Most of the growth in the EU energy supply over the next ten years will come through electricity, driven by an acceleration of the already impressive gain in market share for renewables, as demand for wind and solar electricity is pushed by their lower cost already now visible in most regions (solar in the south of Europe, wind in the north), increase in carbon pricing, and corporate mandates for renewables. The EU expects the share of renewables in the electricity supply mix to reach 65% by 20305, up from 33% in 20186. This should lead to a very strong growth in annual installations and associated networks and smart grid investments, supporting the EU goal of having a fully integrated, interconnected and digitalized energy market. 

Carbon-free green hydrogen, generated though electrolysis using renewable electricity is crucial for the decarbonization of the European economy, replacing fossil-based hydrogen in industrial applications, as well as replacing fossil fuels in heavy duty transportation (buses, trucks, trains, ships and airplanes). This is why the EU has also put in place aggressive targets for the development of green hydrogen, providing another support for the development of renewables capacity.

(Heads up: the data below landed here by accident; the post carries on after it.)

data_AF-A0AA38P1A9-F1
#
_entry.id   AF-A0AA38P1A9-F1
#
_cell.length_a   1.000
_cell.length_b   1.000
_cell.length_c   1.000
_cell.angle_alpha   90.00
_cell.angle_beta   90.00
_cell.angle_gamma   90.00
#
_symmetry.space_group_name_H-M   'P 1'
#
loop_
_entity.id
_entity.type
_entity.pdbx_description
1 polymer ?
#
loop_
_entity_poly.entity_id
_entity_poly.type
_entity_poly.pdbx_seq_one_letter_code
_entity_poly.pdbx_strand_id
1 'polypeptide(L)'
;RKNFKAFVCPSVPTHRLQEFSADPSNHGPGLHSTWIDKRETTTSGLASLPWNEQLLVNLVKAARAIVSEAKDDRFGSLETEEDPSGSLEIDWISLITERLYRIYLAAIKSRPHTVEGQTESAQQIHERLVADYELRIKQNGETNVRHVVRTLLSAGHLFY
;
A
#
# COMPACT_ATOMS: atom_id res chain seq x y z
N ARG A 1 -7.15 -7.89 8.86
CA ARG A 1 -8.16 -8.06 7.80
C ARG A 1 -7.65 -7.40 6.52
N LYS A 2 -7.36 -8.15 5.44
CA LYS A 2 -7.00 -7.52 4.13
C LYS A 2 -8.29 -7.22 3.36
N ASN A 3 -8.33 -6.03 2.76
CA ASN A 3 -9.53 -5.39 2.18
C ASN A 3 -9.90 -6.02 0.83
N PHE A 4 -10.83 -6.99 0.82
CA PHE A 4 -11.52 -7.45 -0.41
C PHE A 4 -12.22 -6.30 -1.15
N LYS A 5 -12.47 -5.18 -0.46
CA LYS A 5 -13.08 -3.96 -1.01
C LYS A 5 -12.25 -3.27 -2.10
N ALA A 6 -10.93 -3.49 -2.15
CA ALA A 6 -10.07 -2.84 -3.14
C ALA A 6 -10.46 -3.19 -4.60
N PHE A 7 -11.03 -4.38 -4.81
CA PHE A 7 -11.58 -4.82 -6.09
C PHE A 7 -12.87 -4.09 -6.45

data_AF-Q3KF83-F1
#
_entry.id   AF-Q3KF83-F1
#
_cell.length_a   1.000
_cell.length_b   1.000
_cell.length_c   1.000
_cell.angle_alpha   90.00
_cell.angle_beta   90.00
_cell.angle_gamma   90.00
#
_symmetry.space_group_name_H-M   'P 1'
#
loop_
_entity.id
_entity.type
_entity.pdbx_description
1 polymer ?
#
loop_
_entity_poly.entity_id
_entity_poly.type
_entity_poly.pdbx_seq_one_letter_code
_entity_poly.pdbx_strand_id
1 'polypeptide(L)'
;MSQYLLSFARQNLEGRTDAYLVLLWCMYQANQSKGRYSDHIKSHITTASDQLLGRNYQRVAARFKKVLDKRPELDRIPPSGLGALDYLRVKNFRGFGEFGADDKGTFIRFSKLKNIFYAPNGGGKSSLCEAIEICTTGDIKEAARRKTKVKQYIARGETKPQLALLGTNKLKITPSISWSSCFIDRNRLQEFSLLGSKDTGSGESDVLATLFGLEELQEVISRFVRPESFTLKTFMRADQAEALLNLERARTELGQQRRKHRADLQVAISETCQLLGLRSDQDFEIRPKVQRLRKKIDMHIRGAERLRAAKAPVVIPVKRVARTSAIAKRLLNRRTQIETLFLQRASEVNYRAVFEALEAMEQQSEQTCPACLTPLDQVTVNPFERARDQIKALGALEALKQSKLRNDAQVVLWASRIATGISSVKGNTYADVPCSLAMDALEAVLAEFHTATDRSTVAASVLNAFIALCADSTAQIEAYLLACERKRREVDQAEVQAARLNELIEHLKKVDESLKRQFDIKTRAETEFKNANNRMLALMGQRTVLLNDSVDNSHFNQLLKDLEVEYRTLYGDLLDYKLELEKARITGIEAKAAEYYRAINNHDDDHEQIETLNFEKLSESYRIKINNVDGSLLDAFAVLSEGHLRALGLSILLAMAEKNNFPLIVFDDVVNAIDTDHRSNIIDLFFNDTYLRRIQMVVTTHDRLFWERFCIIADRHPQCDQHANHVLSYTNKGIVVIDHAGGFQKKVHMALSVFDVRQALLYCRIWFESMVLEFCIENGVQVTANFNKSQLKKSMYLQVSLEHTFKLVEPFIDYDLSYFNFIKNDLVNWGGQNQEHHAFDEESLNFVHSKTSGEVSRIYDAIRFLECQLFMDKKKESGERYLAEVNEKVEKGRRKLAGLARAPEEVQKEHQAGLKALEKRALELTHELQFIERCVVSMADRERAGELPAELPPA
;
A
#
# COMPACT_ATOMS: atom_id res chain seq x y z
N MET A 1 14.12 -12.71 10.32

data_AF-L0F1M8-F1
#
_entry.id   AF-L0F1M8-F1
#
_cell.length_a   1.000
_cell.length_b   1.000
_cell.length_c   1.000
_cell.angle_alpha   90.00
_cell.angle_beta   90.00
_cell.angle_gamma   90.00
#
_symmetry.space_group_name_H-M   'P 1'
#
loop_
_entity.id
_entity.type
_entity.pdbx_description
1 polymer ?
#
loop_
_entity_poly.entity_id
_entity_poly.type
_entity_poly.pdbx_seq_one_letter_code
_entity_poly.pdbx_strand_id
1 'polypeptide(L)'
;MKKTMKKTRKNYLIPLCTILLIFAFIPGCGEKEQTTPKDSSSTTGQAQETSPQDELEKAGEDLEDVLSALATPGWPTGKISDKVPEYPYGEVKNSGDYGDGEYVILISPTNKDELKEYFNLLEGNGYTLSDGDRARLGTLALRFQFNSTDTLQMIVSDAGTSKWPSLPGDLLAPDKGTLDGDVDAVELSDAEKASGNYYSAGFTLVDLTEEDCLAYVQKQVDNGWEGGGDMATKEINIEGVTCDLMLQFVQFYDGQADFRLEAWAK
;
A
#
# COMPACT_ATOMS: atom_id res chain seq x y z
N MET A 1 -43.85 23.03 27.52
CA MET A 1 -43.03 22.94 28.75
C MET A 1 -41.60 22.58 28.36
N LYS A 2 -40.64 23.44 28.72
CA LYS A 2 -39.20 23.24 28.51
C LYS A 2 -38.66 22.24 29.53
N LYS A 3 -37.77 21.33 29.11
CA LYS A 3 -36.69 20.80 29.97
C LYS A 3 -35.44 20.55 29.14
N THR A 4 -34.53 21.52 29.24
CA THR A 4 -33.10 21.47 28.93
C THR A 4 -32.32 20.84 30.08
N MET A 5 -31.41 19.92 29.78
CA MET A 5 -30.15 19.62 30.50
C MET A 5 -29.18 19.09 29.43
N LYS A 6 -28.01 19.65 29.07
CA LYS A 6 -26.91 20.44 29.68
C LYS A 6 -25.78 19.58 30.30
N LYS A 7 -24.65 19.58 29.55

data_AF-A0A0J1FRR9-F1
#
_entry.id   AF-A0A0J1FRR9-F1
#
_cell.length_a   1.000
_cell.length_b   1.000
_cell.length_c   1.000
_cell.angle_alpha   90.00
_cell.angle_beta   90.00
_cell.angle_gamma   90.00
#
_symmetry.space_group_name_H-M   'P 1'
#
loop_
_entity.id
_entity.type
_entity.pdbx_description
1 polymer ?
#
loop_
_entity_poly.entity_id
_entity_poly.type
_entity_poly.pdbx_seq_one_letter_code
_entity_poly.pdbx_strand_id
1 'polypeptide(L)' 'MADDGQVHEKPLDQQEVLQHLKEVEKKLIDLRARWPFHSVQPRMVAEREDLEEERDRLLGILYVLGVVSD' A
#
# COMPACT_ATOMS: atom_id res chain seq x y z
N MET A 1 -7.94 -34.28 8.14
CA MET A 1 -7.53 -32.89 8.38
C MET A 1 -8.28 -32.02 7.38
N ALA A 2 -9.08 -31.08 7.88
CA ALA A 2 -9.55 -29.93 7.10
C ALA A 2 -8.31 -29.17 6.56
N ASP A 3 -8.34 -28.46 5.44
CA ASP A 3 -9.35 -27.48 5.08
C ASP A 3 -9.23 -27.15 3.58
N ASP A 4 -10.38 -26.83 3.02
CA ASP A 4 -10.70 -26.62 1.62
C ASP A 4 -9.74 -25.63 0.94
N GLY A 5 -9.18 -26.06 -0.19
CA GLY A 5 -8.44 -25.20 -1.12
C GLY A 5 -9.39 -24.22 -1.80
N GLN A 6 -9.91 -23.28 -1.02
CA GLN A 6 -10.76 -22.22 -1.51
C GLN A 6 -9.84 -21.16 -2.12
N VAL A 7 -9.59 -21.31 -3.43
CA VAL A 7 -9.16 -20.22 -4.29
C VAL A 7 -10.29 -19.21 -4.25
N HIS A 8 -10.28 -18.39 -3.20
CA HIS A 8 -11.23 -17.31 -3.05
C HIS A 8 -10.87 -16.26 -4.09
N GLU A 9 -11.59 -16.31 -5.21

Finally, energy efficiency will also play a key role in decarbonizing the economy. The EU has put a strong focus on buildings, as they account for about 40% of the energy consumed. The renovation rate is expected to double, helping to lower energy bills and therefore reduce energy poverty, while providing a boost to the construction sector and local jobs. The State of the Union set an increased target of a 36-39% energy consumption reduction by 2030, up from the initial 32.5%7. This should provide a very strong boost to companies providing energy efficiency solutions, from insulation products to building automation. 

Overall we see the new proposal from the European commission for an increased target of a 55% net greenhouse gas emissions cut by 2030 to be fully aligned with our investment universe. The investments needed to reach that goal will have to be made through companies that develop products and solutions for renewable energy, energy distribution capacity and digitization, energy management, electrification of the building, industrial and transportation sector, and of course energy efficiency, all of which are a key focus of our RobecoSAM Smart Energy Strategy. The support delivered to these investments will be unprecedented and we believe our strategy is very well positioned to benefit from these unique market opportunities. 

1European Commission. (2020, September 16). President von der Leyen's State of the Union Address: charting the course out of the coronavirus crisis and into the future [Press Release]. https://ec.europa.eu/commission/presscorner/detail/en/ip_20_1657